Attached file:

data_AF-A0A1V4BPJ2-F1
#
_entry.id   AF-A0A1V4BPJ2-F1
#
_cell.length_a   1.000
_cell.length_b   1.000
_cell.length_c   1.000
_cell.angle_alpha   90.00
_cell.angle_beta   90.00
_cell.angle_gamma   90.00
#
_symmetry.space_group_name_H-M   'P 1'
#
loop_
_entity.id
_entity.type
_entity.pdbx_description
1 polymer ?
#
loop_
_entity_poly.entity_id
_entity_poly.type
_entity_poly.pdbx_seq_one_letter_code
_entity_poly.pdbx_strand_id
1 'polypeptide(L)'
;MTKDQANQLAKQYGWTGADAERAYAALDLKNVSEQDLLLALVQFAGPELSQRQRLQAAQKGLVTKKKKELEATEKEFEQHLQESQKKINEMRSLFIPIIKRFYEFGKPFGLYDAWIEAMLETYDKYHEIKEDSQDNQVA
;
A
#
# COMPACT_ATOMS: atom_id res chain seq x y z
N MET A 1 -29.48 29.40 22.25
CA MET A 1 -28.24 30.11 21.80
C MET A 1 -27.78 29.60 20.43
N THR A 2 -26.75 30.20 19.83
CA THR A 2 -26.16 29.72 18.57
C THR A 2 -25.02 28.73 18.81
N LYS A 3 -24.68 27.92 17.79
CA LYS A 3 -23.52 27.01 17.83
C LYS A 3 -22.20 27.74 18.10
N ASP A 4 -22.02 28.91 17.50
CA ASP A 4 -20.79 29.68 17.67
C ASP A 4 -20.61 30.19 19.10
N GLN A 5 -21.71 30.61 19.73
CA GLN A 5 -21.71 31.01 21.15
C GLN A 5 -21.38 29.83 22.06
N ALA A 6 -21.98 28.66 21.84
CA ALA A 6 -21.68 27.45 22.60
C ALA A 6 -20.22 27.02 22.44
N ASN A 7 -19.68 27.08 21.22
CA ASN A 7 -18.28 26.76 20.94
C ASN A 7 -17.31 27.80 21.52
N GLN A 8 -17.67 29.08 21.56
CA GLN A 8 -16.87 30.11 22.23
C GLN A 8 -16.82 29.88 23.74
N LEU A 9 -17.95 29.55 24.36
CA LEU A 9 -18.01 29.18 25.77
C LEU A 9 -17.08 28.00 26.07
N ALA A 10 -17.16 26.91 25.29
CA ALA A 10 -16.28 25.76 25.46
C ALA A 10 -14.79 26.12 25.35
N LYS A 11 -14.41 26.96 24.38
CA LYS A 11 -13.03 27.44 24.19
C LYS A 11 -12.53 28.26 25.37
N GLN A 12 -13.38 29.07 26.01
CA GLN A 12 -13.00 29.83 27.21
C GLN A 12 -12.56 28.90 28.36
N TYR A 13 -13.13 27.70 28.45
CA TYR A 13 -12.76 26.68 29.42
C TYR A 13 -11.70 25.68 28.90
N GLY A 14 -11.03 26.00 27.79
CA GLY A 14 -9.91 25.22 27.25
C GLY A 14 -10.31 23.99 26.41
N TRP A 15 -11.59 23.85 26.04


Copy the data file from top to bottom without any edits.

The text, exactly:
data_AF-A0A1V4BPJ2-F1
#
_entry.id   AF-A0A1V4BPJ2-F1
#
_cell.length_a   1.000
_cell.length_b   1.000
_cell.length_c   1.000
_cell.angle_alpha   90.00
_cell.angle_beta   90.00
_cell.angle_gamma   90.00
#
_symmetry.space_group_name_H-M   'P 1'
#
loop_
_entity.id
_entity.type
_entity.pdbx_description
1 polymer ?
#
loop_
_entity_poly.entity_id
_entity_poly.type
_entity_poly.pdbx_seq_one_letter_code
_entity_poly.pdbx_strand_id
1 'polypeptide(L)'
;MTKDQANQLAKQYGWTGADAERAYAALDLKNVSEQDLLLALVQFAGPELSQRQRLQAAQKGLVTKKKKELEATEKEFEQHLQESQKKINEMRSLFIPIIKRFYEFGKPFGLYDAWIEAMLETYDKYHEIKEDSQDNQVA
;
A
#
# COMPACT_ATOMS: atom_id res chain seq x y z
N MET A 1 -29.48 29.40 22.25
CA MET A 1 -28.24 30.11 21.80
C MET A 1 -27.78 29.60 20.43
N THR A 2 -26.75 30.20 19.83
CA THR A 2 -26.16 29.72 18.57
C THR A 2 -25.02 28.73 18.81
N LYS A 3 -24.68 27.92 17.79
CA LYS A 3 -23.52 27.01 17.83
C LYS A 3 -22.20 27.74 18.10
N ASP A 4 -22.02 28.91 17.50
CA ASP A 4 -20.79 29.68 17.67
C ASP A 4 -20.61 30.19 19.10
N GLN A 5 -21.71 30.61 19.73
CA GLN A 5 -21.71 31.01 21.15
C GLN A 5 -21.38 29.83 22.06
N ALA A 6 -21.98 28.66 21.84
CA ALA A 6 -21.68 27.45 22.60
C ALA A 6 -20.22 27.02 22.44
N ASN A 7 -19.68 27.08 21.22
CA ASN A 7 -18.28 26.76 20.94
C ASN A 7 -17.31 27.80 21.52
N GLN A 8 -17.67 29.08 21.56
CA GLN A 8 -16.87 30.11 22.23
C GLN A 8 -16.82 29.88 23.74
N LEU A 9 -17.95 29.55 24.36
CA LEU A 9 -18.01 29.18 25.77
C LEU A 9 -17.08 28.00 26.07
N ALA A 10 -17.16 26.91 25.29
CA ALA A 10 -16.28 25.76 25.46
C ALA A 10 -14.79 26.12 25.35
N LYS A 11 -14.41 26.96 24.38
CA LYS A 11 -13.03 27.44 24.19
C LYS A 11 -12.53 28.26 25.37
N GLN A 12 -13.38 29.07 26.01
CA GLN A 12 -13.00 29.83 27.21
C GLN A 12 -12.56 28.90 28.36
N TYR A 13 -13.13 27.70 28.45
CA TYR A 13 -12.76 26.68 29.42
C TYR A 13 -11.70 25.68 28.90
N GLY A 14 -11.03 26.00 27.79
CA GLY A 14 -9.91 25.22 27.25
C GLY A 14 -10.31 23.99 26.41
N TRP A 15 -11.59 23.85 26.04